Ramadan – A month of reflection and restraint

Published : 12 Apr 2022 08:47 PM

Fasting is obligatory for every adult Muslim during the month of Ramadan every year, unless, one is physically indisposed or suffering from some other drawback. Each day, the fast begins at dawn and ends at sunset. During this time Muslims are asked to remember those who are less fortunate than themselves as well as bringing them closer to God. Non obligatory fasts are two days a week as well as the middle of the month, as recommended by our Prophet Muhammad (pbuh). Fasting, it is expected, shouqld assist in strengthening control of our impulses and help develop good behavior. During this sacred month of Ramadan, believers can strive to purify their body and soul and increase their taqwa (good deeds and God-consciousness). This effort towards purification of the two dimensions is expected to harmonize the inner and outer spheres of every individual. 

Fasting during this month has not only spiritual connotations but also Sufistic elements. Muslims believe that fasting is more than abstaining from food and drink. Fasting also includes abstaining from any falsehood in speech and action, abstaining from any ignorant and indecent speech, and from arguing, fighting, and having lustful thoughts. Fasting, it is expected, should assist in strengthening control of our impulses and help develop good behavior. 

In most parts of the world, COVID has receded. The number of infections has 

decreased drastically, and deaths are fewer. For that, we have to thank 

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During this sacred month of Ramadan, believers can strive to purify their body and soul and increase their taqwa (good deeds and God-consciousness). This purification of body and soul will harmonize the inner and outer spheres of every individual.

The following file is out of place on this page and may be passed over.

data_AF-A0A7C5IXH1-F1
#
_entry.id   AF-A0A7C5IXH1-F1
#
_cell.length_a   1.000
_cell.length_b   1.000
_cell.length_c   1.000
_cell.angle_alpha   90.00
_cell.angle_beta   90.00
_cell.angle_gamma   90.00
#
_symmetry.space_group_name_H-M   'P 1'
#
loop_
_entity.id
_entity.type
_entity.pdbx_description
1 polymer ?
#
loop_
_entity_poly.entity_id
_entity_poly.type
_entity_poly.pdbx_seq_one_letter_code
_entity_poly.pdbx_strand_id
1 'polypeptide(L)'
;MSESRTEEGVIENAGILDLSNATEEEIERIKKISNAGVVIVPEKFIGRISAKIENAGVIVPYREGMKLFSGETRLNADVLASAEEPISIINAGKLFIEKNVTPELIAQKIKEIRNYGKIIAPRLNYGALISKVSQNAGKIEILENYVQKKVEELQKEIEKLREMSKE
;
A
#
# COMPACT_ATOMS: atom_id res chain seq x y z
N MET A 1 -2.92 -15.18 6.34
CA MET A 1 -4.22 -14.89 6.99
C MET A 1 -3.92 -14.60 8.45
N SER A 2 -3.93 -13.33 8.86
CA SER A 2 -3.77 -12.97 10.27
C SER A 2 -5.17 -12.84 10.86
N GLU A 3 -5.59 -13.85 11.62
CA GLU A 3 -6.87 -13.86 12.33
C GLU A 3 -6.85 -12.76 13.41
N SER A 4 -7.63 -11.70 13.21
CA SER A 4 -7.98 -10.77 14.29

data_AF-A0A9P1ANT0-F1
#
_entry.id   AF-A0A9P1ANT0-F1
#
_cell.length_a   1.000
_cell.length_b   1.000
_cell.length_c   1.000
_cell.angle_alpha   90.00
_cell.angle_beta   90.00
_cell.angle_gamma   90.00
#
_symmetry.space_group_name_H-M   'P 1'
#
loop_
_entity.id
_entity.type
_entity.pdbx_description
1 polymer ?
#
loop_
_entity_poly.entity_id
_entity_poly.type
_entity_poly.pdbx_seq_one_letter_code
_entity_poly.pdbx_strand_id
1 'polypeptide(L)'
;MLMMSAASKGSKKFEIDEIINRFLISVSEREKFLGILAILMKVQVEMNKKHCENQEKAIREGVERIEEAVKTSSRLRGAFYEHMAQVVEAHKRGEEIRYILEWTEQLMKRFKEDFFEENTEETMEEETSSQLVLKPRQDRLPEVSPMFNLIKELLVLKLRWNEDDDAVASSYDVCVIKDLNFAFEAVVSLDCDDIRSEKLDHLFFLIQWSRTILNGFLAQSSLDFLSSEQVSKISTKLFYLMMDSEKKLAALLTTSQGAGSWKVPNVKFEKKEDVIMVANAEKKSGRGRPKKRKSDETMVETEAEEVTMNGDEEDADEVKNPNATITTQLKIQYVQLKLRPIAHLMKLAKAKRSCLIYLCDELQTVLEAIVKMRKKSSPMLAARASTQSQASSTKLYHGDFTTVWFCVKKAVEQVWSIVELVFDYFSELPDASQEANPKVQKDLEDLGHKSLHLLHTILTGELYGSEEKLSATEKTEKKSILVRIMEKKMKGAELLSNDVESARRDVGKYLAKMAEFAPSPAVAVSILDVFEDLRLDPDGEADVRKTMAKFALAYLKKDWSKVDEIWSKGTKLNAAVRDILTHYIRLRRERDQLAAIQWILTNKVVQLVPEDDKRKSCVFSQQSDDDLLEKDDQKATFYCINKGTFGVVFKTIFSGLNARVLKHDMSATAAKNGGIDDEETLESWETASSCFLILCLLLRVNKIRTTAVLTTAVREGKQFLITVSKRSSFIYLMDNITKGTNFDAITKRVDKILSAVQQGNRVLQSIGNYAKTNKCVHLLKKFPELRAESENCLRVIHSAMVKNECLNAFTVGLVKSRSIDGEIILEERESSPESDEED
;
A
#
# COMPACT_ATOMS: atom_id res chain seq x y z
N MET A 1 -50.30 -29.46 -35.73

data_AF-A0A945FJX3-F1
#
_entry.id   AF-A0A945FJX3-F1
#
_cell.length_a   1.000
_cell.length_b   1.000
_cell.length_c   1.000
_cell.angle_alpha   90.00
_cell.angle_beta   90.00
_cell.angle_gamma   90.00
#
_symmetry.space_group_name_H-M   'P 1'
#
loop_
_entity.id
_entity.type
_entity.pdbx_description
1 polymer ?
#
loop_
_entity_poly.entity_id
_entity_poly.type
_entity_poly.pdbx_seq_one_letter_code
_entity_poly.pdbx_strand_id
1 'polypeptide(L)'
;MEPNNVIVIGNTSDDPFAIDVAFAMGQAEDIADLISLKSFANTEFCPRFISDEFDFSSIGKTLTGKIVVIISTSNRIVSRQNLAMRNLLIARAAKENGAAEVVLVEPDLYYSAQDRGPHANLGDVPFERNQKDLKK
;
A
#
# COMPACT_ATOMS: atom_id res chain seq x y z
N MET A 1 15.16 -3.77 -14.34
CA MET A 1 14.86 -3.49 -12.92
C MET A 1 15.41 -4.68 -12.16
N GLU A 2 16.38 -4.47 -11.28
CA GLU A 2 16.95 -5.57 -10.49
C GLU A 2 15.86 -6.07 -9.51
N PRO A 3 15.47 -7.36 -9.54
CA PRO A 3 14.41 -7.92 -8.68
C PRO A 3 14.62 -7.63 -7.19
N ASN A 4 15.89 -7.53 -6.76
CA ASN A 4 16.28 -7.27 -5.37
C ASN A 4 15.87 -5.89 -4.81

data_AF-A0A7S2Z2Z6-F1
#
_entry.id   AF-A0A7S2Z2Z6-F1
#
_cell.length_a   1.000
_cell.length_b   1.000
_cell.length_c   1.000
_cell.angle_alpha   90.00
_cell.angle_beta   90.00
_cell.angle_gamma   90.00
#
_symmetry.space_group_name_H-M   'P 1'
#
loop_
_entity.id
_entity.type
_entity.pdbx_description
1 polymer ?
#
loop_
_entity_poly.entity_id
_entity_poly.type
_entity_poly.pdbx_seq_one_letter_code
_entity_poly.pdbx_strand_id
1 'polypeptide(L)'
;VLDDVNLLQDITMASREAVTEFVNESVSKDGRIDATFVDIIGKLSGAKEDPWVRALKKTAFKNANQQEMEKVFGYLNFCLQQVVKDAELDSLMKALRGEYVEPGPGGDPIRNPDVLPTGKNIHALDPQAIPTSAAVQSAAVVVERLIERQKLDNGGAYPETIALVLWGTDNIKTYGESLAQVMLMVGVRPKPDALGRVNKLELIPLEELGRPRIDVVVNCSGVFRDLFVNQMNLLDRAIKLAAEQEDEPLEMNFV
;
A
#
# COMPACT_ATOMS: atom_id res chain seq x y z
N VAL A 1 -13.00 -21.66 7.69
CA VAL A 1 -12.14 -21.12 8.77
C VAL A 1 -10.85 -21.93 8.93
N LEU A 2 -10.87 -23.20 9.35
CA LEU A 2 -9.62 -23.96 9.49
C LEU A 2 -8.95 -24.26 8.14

However there is also the denotation matrix within the framework of fasting. It needs to be remembered that Muslims aim to improve their body by reducing food intake and maintaining a healthier lifestyle. Overindulgence in food is discouraged and eating only enough to silence the pain of hunger is encouraged. Muslims believe they should be active, tending to all their commitments and never falling short of any duty.

Although fasting during Ramadan is fard (obligatory), exceptions are made for persons in particular circumstances. Some of these conditions are applicable in the case of: (a) prepubescent children; (b) one suffering from unconditional vomiting; (c) serious illness; (d) if one is traveling; (e) an ill person or old person who is not physically able to fast; and (f) a mentally ill person.

Our Hadith however also specifies that those who will not be able to fast can donate a meal (or an equivalent amount of money) to the poor or needy for each day of missed fasting. In the case of women, for each day of fasting missed during Ramadan, they should donate the amount of a normal person's diet to the poor or needy. These stipulations will however apply only if the concerned person is financially capable.

Unfortunately, we have noticed another dimension this year like past years. Traders are again exploiting this month by misusing different opportunities that emerge during the unique nature of Ramadan. They have no qualms in their greedy pursuit of profit. They tend to overlook the principle that all foods including specific Iftar items should not only be served in a hygienic manner in compliance with government health rules but also be displayed in a healthy way. They do not hesitate to resort to underhand methods where they exploit consumer expectation for an extra bit of profit. Values related to principles are compromised and the ordinary consumer fleeced for whatever can be collected through inordinate pricing and the selling of adulterated produce. 

To this dynamics has been added another unfortunate aspect - adulteration, the use of preservatives, fabric dyes, chemicals, formalin and carbide. In the recent past mobile food inspection teams appear to have identified some factories where unscrupulous businessmen are producing adulterated sub-standard vermicelli in unhygienic conditions and then flooding the city markets as well as rural haats and bazaars with this dangerous product. There have also been reports of such vermicelli being dried under the open sky in unclean places and later packed in colorful packets to draw the attraction of consumers in the rural areas. 

There have also been reports of importers forming syndicates to adulterate milk powder and then selling that later on to retailers who then pass it on to low quality bakeries, restaurants and hotels.

 Dishonest traders also appear to have no compunction in mal-treating seasonal fruits to improve their appearance for the consumer. This is done without any respect for public health and the provisions as set forth in the Consumer Rights Protection Act, 2009, Food Safety Act, 2013 and the Formalin Control Act, 2015. This is happening partially because there is very little organized monitoring of cheap food producers and food manufacturers in the country.